Posted on May 4, 2011 by spikexan
Available at RPGNow.com
Castle Bravo is a tightly focused adventure for Trail of Cthulhu that ties together halfbreed mutants, nuclear bomb testing, and more sanity-blasting goodness. According to the product page on RPGNow.com, this adventure didn’t just go through an in-house playtest. It also went through some actual tabletop playtesting at Dreamation 2010. I mention this only because I enjoy games heavily linked to playtesting (Chad Underkoffler’s Zorcerer of Zo comes to mind). While this game only shows the finished product, it stands as an excellent example of how a well-polished adventure can look.
The layout and artwork of this adventure stays in line with the Trail of Cthulhu line. The artwork is a mix of real photos mixed with strange artistic renditions. In most games, I honestly wouldn’t like the look; however, it is the perfect mix for this setting. The setting is the “real” world where sometimes things from the wildest imaginations of madmen come to be.
Huguenin’s artwork and art direction find a great fit as Navy men struggle to stand against two distinct races of Mythos creature and a damn interesting villain who feels a little bit like the Watchmen’s Dr. Manhattan (the list of connections doesn’t stop with the name).
The adventure deals bomb testing in the Pacific. The intense use of energy brings unwanted attention, which becomes the heart of the adventure. Things Man Was Not Meant To Bomb. One of the tenants of the Gumshoe line is staying on course. The clues that are meant to be discovered are discovered. I usually hate this. Give me red herrings the players create any day.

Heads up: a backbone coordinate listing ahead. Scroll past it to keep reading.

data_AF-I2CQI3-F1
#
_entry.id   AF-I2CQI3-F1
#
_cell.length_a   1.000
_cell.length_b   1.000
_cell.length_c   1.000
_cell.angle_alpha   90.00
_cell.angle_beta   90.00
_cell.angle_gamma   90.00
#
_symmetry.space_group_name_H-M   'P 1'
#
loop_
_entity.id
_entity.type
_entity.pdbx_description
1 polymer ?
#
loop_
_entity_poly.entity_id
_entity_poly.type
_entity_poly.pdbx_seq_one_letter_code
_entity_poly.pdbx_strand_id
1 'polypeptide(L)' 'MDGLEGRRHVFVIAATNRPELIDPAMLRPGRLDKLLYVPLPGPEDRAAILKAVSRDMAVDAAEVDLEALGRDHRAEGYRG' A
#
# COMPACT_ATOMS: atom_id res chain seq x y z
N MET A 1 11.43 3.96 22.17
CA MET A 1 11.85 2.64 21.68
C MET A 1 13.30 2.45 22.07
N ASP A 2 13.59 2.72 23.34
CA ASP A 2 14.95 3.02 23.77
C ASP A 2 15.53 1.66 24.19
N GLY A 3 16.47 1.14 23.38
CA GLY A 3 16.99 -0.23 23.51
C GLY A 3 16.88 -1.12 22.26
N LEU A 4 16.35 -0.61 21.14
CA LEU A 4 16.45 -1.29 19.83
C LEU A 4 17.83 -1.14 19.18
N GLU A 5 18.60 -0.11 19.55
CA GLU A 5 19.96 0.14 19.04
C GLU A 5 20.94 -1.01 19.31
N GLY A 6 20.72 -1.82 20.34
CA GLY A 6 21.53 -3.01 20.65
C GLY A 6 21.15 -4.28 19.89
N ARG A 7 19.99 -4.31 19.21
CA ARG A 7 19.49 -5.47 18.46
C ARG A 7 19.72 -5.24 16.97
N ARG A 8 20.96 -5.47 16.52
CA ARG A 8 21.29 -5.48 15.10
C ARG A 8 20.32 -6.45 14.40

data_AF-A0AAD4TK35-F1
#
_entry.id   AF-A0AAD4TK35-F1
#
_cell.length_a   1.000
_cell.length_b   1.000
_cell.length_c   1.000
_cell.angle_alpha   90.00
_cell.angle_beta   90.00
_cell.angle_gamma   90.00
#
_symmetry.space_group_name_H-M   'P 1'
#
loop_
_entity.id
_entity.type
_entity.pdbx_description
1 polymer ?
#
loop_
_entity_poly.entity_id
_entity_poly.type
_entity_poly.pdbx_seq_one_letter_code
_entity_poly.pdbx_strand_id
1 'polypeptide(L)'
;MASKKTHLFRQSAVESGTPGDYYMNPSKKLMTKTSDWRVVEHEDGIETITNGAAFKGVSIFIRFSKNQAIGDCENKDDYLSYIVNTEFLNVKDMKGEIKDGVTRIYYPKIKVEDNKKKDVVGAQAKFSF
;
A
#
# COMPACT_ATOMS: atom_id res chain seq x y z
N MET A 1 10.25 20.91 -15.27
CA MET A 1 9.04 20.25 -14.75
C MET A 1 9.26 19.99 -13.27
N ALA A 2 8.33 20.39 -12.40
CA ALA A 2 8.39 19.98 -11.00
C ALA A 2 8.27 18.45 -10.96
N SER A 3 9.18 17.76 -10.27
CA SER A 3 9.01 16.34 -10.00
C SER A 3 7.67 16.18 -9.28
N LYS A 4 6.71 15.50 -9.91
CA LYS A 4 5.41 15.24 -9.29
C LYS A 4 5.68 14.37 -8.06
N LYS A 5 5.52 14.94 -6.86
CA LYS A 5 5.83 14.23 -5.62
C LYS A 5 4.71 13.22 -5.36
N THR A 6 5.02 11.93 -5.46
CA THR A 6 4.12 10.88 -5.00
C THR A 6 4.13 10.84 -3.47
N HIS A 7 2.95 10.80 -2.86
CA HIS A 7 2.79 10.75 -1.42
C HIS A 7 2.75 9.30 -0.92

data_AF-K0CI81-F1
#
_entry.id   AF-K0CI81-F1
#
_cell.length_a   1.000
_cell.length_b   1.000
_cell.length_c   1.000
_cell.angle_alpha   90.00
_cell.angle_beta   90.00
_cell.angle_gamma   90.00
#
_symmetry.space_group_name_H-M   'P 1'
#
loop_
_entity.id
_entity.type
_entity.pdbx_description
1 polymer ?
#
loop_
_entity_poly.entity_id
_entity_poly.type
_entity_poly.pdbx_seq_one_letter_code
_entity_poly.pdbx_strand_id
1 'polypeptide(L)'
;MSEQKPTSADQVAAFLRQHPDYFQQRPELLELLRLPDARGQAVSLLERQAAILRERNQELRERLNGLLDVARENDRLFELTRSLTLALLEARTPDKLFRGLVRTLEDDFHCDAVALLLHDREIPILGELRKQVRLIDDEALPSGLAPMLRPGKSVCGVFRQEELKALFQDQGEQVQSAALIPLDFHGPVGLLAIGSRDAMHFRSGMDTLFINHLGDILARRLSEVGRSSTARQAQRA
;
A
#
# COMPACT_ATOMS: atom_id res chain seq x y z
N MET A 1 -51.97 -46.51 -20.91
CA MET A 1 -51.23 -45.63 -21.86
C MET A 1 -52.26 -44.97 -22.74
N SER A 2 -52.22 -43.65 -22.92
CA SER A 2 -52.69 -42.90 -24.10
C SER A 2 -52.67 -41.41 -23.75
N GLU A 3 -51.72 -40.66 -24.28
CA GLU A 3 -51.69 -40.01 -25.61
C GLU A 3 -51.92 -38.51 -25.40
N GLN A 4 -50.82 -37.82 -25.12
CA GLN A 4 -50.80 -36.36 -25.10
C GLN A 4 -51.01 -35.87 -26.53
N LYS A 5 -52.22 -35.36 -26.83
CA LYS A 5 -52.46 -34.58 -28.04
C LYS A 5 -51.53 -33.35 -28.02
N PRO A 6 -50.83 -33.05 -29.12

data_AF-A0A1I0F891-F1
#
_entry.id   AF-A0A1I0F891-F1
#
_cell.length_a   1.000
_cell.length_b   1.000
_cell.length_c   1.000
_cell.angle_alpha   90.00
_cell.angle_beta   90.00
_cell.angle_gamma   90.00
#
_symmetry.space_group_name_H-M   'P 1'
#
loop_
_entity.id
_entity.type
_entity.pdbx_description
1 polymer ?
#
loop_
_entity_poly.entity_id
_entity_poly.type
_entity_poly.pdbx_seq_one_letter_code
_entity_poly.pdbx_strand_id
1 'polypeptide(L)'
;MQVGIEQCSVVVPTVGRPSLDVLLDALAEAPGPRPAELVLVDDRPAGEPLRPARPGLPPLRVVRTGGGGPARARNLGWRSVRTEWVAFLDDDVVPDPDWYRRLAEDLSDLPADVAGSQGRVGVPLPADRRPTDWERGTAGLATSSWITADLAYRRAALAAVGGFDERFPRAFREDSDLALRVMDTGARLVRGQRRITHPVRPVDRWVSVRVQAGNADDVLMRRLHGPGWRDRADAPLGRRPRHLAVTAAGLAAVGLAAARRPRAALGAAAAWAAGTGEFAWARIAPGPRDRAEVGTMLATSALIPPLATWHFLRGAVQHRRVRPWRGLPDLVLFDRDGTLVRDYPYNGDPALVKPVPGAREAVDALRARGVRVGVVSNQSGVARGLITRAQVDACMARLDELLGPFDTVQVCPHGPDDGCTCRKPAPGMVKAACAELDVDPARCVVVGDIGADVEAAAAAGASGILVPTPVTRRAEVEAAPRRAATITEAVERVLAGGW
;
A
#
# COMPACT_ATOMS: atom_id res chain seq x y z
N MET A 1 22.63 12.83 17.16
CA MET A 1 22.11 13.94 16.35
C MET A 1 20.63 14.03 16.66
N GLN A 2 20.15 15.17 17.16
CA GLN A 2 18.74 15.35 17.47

For this adventure, the Gumshoe motto makes perfect sense. The game takes place on a ship midst Cthulhu madness. There aren’t many ways to get side-tracked. Should the players manage to, it won’t be long before the Big Bad makes itself known or legions of oddities gently put them back on track. This isn’t to say the adventure reads as a railroad game. No, there are various avenues of success, although the end result should be one particular thing. Plenty of free will exists in this harrowing little ride.
It looks like the game would be perfectly fitted for conventions or one-shots. After all, it is hard to imagine all the players working with Navy soldiers prior to the adventure. It would be more challenging to make this game part of an existing campaign. I give Castle Bravo the following scores:
Artwork/Layout: Five out of Five Dice (some cool images/art fits the game)
Writing: Four out of Five Dice (Great story. Only people not interested in such a focused
detour or a one-shot would be unhappy)
Overall: Five out of Five Dice (Great game. Could feel like a Summer Blockbuster if ran
Review by Todd Cash